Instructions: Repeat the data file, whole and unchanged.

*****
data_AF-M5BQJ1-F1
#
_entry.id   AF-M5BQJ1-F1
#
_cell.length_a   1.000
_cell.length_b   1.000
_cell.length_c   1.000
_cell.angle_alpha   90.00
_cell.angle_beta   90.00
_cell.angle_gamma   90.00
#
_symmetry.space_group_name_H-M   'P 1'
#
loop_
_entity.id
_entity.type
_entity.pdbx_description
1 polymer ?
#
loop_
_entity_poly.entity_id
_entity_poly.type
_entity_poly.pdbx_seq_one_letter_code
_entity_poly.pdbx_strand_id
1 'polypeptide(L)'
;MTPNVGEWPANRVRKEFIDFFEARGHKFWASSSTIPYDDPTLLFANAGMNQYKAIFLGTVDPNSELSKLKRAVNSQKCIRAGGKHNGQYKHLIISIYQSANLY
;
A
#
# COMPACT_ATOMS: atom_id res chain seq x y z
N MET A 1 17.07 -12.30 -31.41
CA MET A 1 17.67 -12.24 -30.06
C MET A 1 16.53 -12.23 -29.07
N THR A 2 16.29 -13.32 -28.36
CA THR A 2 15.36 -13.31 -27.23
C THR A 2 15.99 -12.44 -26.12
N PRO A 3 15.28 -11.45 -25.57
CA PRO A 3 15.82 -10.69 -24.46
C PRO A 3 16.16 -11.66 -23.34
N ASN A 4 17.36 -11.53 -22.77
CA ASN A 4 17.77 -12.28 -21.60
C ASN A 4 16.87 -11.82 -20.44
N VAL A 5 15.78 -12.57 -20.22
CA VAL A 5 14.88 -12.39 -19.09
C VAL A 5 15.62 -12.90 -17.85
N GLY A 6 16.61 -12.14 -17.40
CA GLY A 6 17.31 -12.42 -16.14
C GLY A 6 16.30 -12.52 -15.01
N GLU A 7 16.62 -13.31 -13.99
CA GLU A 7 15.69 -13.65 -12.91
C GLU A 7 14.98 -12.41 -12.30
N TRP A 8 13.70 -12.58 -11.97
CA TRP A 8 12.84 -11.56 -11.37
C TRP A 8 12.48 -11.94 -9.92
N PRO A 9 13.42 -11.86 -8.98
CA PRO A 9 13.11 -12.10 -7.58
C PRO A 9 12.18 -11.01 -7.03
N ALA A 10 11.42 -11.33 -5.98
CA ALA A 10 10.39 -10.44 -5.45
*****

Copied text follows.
data_AF-M5BQJ1-F1
#
_entry.id   AF-M5BQJ1-F1
#
_cell.length_a   1.000
_cell.length_b   1.000
_cell.length_c   1.000
_cell.angle_alpha   90.00
_cell.angle_beta   90.00
_cell.angle_gamma   90.00
#
_symmetry.space_group_name_H-M   'P 1'
#
loop_
_entity.id
_entity.type
_entity.pdbx_description
1 polymer ?
#
loop_
_entity_poly.entity_id
_entity_poly.type
_entity_poly.pdbx_seq_one_letter_code
_entity_poly.pdbx_strand_id
1 'polypeptide(L)'
;MTPNVGEWPANRVRKEFIDFFEARGHKFWASSSTIPYDDPTLLFANAGMNQYKAIFLGTVDPNSELSKLKRAVNSQKCIRAGGKHNGQYKHLIISIYQSANLY
;
A
#
# COMPACT_ATOMS: atom_id res chain seq x y z
N MET A 1 17.07 -12.30 -31.41
CA MET A 1 17.67 -12.24 -30.06
C MET A 1 16.53 -12.23 -29.07
N THR A 2 16.29 -13.32 -28.36
CA THR A 2 15.36 -13.31 -27.23
C THR A 2 15.99 -12.44 -26.12
N PRO A 3 15.28 -11.45 -25.57
CA PRO A 3 15.82 -10.69 -24.46
C PRO A 3 16.16 -11.66 -23.34
N ASN A 4 17.36 -11.53 -22.77
CA ASN A 4 17.77 -12.28 -21.60
C ASN A 4 16.87 -11.82 -20.44
N VAL A 5 15.78 -12.57 -20.22
CA VAL A 5 14.88 -12.39 -19.09
C VAL A 5 15.62 -12.90 -17.85
N GLY A 6 16.61 -12.14 -17.40
CA GLY A 6 17.31 -12.42 -16.14
C GLY A 6 16.30 -12.52 -15.01
N GLU A 7 16.62 -13.31 -13.99
CA GLU A 7 15.69 -13.65 -12.91
C GLU A 7 14.98 -12.41 -12.30
N TRP A 8 13.70 -12.58 -11.97
CA TRP A 8 12.84 -11.56 -11.37
C TRP A 8 12.48 -11.94 -9.92
N PRO A 9 13.42 -11.86 -8.98
CA PRO A 9 13.11 -12.10 -7.58
C PRO A 9 12.18 -11.01 -7.03
N ALA A 10 11.42 -11.33 -5.98
CA ALA A 10 10.39 -10.44 -5.45